4. Boonmalert's third claim is that he endured a hostile work environment in violation of the ADEA, 42 U.S.C. § 1983, NYSHRL, and NYCHRL. To state a claim for a hostile work environment, a plaintiff must allege that “the workplace is permeated with discriminatory intimidation, ridicule, and insult that is sufficiently severe or pervasive to alter the conditions of the victim's employment and create an abusive working environment.” Harris v. Forklift Sys., Inc., 510 U.S. 17, 21, 114 S.Ct. 367, 126 L.Ed.2d 295 (1993) (internal citations and quotation marks omitted). “This standard has both objective and subjective components: the conduct complained of must be severe or pervasive enough that a reasonable person would find it hostile or abusive, and the victim must subjectively perceive the work environment to be abusive.” Littlejohn, 795 F.3d at 321 (internal citation and quotation marks omitted). To determine whether an incident or series of incidents is “sufficiently severe or pervasive to alter the conditions” of a plaintiff's work environment, we “must consider the totality of the circumstances, including the frequency of the discriminatory conduct; its severity; whether it is physically threatening or humiliating, or a mere offensive utterance; and whether it unreasonably interferes with an employee's work performance.” Id. at 320-321 (internal citations and quotation marks omitted). Boonmalert makes no allegation of conduct so severe or pervasive that a reasonable person would find it hostile or abusive; and none of the actions he complains of were more than episodic. Discussions of retirement and a one-time preparation of retirement paperwork do not suffice. While under the NYCHRL, the alleged hostile conduct need not be severe or pervasive, see Mihalik, 715 F.3d at 113, Boonmalert must still allege that his age was the motivating factor behind any workplace hostility, and he does not sufficiently do so to survive a motion to dismiss.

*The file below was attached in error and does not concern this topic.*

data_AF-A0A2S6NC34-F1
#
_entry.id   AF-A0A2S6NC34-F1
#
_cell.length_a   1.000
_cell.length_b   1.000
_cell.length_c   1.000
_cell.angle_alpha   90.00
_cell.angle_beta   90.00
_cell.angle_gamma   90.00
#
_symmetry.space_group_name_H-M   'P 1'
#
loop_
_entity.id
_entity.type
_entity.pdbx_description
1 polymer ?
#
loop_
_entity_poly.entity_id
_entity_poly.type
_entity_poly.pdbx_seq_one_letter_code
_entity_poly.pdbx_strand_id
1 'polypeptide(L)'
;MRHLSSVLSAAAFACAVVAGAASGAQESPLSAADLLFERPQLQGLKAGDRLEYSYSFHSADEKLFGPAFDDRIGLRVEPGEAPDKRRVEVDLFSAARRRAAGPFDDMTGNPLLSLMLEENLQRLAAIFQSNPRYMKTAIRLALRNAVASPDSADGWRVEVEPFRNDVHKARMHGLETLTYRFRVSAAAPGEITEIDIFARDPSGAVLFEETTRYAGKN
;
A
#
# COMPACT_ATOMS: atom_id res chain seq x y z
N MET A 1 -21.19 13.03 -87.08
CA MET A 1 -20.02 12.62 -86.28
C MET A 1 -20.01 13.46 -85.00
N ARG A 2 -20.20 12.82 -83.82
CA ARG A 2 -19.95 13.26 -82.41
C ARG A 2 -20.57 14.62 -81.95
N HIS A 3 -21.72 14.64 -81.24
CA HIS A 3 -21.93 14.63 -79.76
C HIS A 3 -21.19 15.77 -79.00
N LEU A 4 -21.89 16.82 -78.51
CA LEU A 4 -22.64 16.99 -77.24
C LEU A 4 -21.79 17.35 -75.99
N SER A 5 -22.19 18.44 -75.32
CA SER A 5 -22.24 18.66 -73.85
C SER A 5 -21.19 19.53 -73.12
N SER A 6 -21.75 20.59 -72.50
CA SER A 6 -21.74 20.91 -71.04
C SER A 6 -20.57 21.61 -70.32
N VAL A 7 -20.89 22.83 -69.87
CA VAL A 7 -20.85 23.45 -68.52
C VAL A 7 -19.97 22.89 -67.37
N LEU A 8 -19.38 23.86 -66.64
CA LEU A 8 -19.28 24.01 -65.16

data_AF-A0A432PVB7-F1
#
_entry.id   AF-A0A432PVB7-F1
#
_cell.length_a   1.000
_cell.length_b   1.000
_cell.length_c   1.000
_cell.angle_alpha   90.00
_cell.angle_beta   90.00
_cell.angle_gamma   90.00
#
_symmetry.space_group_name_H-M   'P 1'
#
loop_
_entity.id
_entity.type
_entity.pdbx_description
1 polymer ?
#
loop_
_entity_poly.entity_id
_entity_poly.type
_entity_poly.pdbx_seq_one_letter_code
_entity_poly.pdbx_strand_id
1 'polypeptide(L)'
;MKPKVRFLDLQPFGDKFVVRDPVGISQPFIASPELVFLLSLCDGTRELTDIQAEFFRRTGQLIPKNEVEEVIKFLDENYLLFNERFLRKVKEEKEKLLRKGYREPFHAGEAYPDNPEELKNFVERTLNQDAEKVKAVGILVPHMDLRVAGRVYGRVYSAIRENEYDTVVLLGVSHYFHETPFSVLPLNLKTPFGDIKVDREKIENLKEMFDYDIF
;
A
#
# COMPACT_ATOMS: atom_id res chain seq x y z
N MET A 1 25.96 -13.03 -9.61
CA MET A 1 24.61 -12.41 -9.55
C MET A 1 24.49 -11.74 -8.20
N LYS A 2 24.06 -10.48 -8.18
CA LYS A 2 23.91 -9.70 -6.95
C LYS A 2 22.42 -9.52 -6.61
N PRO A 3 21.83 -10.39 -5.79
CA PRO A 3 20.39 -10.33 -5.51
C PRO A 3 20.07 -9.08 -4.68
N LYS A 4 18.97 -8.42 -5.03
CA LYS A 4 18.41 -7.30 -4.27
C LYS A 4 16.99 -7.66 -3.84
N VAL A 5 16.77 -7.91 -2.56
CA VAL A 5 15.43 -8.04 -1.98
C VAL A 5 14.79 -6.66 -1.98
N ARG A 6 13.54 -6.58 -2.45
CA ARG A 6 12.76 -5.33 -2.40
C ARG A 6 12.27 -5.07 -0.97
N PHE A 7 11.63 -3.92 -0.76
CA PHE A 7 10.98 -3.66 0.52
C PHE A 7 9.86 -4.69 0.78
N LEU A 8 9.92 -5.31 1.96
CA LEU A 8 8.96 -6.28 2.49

5. Under Monell v. Dep't of Soc. Servs. of City of New York, 436 U.S. 658, 98 S.Ct. 2018, 56 L.Ed.2d 611 (1978), “[l]ocal governing bodies ․ can be sued directly under § 1983 for monetary, declaratory, or injunctive relief” if an unconstitutional act “implements or executes a policy statement, ordinance, regulation, or decision officially adopted and promulgated by that body's officers.” Id. at 690, 98 S.Ct. 2018. Boonmalert's Monell claim fails for two reasons. First, since he abandoned his equal protection claim on appeal, there is no underlying constitutional violation alleged. Second, Boonmalert does not allege that he suffered any deprivation of rights due to a municipal policy, regulation, or custom. He cites Schwartz's personnel decisions; but under the New York City Charter, the final authority for personnel decisions rests with the Mayor, the City Council, and the City's Personnel Director. So Schwartz's policy decisions cannot form the basis of a Monell claim. See Littlejohn, 795 F.3d at 315 (personnel decision of superior who was not a final decision maker was not a Monell violation).